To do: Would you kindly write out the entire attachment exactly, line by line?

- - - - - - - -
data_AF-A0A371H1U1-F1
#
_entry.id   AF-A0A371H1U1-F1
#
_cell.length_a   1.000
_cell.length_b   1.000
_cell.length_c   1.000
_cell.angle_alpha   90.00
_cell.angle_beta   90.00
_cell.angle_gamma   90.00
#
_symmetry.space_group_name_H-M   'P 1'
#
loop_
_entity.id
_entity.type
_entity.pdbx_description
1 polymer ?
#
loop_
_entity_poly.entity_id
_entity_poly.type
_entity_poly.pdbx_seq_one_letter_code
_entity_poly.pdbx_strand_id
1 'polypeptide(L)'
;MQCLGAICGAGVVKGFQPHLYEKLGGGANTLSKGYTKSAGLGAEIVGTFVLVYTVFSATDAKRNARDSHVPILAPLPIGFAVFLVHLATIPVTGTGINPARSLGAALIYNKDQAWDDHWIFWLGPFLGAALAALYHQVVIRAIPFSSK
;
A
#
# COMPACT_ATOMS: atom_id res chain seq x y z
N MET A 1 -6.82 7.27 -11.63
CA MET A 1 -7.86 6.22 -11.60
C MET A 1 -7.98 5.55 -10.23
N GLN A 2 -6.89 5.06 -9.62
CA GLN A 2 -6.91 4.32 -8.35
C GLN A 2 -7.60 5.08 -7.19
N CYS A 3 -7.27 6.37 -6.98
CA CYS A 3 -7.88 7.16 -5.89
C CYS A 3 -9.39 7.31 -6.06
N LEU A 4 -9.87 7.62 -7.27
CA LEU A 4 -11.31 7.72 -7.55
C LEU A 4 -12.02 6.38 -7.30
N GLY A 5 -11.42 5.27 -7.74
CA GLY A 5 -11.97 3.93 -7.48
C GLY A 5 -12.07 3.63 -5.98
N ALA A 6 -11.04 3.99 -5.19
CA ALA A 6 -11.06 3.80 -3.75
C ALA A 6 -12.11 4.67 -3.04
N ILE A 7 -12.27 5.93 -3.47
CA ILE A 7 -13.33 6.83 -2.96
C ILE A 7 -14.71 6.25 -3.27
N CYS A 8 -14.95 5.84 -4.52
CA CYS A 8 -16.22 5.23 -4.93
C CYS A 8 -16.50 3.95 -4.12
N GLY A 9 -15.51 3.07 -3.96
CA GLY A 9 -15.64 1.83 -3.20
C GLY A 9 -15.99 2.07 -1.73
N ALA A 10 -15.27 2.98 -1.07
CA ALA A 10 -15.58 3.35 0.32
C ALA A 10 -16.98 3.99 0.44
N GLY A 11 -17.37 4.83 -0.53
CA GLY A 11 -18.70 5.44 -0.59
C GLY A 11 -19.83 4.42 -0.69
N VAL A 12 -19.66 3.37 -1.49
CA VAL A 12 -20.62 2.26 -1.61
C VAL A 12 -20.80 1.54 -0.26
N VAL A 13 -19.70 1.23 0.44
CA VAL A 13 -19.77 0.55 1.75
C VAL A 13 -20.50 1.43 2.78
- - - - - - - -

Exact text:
data_AF-A0A371H1U1-F1
#
_entry.id   AF-A0A371H1U1-F1
#
_cell.length_a   1.000
_cell.length_b   1.000
_cell.length_c   1.000
_cell.angle_alpha   90.00
_cell.angle_beta   90.00
_cell.angle_gamma   90.00
#
_symmetry.space_group_name_H-M   'P 1'
#
loop_
_entity.id
_entity.type
_entity.pdbx_description
1 polymer ?
#
loop_
_entity_poly.entity_id
_entity_poly.type
_entity_poly.pdbx_seq_one_letter_code
_entity_poly.pdbx_strand_id
1 'polypeptide(L)'
;MQCLGAICGAGVVKGFQPHLYEKLGGGANTLSKGYTKSAGLGAEIVGTFVLVYTVFSATDAKRNARDSHVPILAPLPIGFAVFLVHLATIPVTGTGINPARSLGAALIYNKDQAWDDHWIFWLGPFLGAALAALYHQVVIRAIPFSSK
;
A
#
# COMPACT_ATOMS: atom_id res chain seq x y z
N MET A 1 -6.82 7.27 -11.63
CA MET A 1 -7.86 6.22 -11.60
C MET A 1 -7.98 5.55 -10.23
N GLN A 2 -6.89 5.06 -9.62
CA GLN A 2 -6.91 4.32 -8.35
C GLN A 2 -7.60 5.08 -7.19
N CYS A 3 -7.27 6.37 -6.98
CA CYS A 3 -7.88 7.16 -5.89
C CYS A 3 -9.39 7.31 -6.06
N LEU A 4 -9.87 7.62 -7.27
CA LEU A 4 -11.31 7.72 -7.55
C LEU A 4 -12.02 6.38 -7.30
N GLY A 5 -11.42 5.27 -7.74
CA GLY A 5 -11.97 3.93 -7.48
C GLY A 5 -12.07 3.63 -5.98
N ALA A 6 -11.04 3.99 -5.19
CA ALA A 6 -11.06 3.80 -3.75
C ALA A 6 -12.11 4.67 -3.04
N ILE A 7 -12.27 5.93 -3.47
CA ILE A 7 -13.33 6.83 -2.96
C ILE A 7 -14.71 6.25 -3.27
N CYS A 8 -14.95 5.84 -4.52
CA CYS A 8 -16.22 5.23 -4.93
C CYS A 8 -16.50 3.95 -4.12
N GLY A 9 -15.51 3.07 -3.96
CA GLY A 9 -15.64 1.83 -3.20
C GLY A 9 -15.99 2.07 -1.73
N ALA A 10 -15.27 2.98 -1.07
CA ALA A 10 -15.58 3.35 0.32
C ALA A 10 -16.98 3.99 0.44
N GLY A 11 -17.37 4.83 -0.53
CA GLY A 11 -18.70 5.44 -0.59
C GLY A 11 -19.83 4.42 -0.69
N VAL A 12 -19.66 3.37 -1.49
CA VAL A 12 -20.62 2.26 -1.61
C VAL A 12 -20.80 1.54 -0.26
N VAL A 13 -19.70 1.23 0.44
CA VAL A 13 -19.77 0.55 1.75
C VAL A 13 -20.50 1.43 2.78